• Happiness. A Quick Immersion

    by Benjamin Radcliff and Amitava Dutt

    Happiness. A Quick Immersion, addresses what happiness is and how we can create more of it based on scholarly research. In this short volume, Professors Amitava Krishna Dutt and Benjamin Radcliff explain the study of happiness and resulting conclusions on what individuals and societies can do to make life as satisfying as possible.

  • Collective Ownership Based Economy: A Road Map to Prosperity, Peace, and Happiness for All

    by Prathapchandra Kedilaya
    The book proposes ideas for an ideal socioeconomic model. The ideas presented in this book aim at bringing a fundamental change in the socioeconomic system of the society such that we all will live a prosperous, peaceful, and happy life. They are in no way utopian. They are realistic, practicable goals requiring only the intelligent application of what we already know. The book also proposes ideas for the transition from the current system to the proposed one.
  • The Hypocrisy of America

    by James Ventry
    The premise of The Hypocrisy of America is, as Americans we are almost brainwashed into thinking if we are doing something throughout the world, it must be just. Of course, many times this is far from the truth. The book gets right to the heart of the issues using humor and personal stories that make for an informative and entertaining read. The Hypocrisy of America covers a wide range of subjects including the 2016 Primaries, giving a fantastic explanation of why Bernie supporters countdown nev... more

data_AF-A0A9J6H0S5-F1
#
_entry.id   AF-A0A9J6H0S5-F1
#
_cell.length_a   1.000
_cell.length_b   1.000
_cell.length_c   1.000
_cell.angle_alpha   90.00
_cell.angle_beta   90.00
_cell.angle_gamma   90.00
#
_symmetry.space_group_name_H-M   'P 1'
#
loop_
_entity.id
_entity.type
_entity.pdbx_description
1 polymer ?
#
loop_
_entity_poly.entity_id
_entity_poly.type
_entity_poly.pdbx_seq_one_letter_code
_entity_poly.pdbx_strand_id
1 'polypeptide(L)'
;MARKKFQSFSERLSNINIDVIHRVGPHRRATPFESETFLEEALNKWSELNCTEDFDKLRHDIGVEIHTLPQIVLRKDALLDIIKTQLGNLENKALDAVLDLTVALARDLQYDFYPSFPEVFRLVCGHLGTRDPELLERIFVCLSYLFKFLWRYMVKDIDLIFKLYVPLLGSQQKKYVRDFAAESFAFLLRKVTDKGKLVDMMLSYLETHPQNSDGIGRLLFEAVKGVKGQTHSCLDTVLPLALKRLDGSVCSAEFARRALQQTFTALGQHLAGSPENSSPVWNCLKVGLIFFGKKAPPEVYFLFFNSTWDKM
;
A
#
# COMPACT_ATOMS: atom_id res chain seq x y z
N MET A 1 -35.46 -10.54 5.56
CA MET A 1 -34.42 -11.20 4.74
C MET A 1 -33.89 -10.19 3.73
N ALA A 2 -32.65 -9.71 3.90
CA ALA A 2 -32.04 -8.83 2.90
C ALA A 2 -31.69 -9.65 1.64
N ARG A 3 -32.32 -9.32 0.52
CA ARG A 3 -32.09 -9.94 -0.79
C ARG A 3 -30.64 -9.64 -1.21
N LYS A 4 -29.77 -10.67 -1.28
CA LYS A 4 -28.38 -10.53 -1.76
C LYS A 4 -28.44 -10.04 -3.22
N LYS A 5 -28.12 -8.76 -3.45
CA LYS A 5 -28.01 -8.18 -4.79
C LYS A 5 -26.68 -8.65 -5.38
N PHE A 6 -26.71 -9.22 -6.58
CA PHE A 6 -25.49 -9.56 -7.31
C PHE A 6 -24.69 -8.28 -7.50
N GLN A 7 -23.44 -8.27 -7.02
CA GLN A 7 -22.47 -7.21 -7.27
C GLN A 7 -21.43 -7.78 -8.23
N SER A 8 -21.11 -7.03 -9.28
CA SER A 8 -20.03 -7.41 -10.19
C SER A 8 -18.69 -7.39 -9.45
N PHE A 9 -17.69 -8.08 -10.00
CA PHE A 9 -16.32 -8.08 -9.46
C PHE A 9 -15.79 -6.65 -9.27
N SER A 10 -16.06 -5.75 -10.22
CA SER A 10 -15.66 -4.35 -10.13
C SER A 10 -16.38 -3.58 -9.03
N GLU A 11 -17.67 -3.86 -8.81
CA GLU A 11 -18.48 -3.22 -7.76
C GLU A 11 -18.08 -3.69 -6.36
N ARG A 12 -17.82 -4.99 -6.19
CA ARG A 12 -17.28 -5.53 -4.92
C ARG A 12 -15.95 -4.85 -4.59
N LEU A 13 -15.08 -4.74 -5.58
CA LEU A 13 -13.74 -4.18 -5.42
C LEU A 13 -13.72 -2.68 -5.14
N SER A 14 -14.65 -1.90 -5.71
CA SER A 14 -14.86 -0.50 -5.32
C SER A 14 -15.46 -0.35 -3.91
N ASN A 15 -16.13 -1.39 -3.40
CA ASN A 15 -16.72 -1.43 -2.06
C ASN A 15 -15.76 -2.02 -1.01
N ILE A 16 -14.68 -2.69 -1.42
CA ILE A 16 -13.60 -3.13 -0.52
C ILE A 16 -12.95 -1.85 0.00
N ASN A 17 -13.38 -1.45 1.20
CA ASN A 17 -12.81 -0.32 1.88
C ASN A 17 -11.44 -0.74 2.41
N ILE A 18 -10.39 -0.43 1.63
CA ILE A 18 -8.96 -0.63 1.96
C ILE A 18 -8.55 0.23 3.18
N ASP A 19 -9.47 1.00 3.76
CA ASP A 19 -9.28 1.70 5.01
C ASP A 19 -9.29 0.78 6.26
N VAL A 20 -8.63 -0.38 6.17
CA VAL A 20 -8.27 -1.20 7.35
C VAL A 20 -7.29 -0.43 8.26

• Comrade Netai and the Chronology of His Ug Days: An Inside Story of Naxalite Movement from Nineties

    by Sanjay Lahiri
    Netai, a middle class youth, was attracted towards the Naxalite movement in India and joined to a party during eighties and nineties. After spending few years of underground life he was moved seeing the life of poverty-stricken common people. However, simultaneously, he was dismayed seeing the group rivalry and the hunger for power inside the party. Netai realised changes are not revolution. He stood marooned when he found his family was in despair due to lack of money and mother was bewailing t... more
  • Peacemakers: A Christian View of War and Peace

    by Peter Dixon
    Do you wonder what 'Blessed are the peacemakers' means in practice? When is war a just war? Should outsiders intervene in civil wars, and how? How can Christians effectively engage in resolving conflict? How do we understand relational peacebuilding? How do we achieve reconciliation? Peter Dixon offers a moral framework on which to base our thinking about war and peace, undergirded by a solid confidence in God's sovereignty, as we face the uncertainty of the real world. 'I don't think we nee... more
  • A Brief Discussion on Fairness Analysis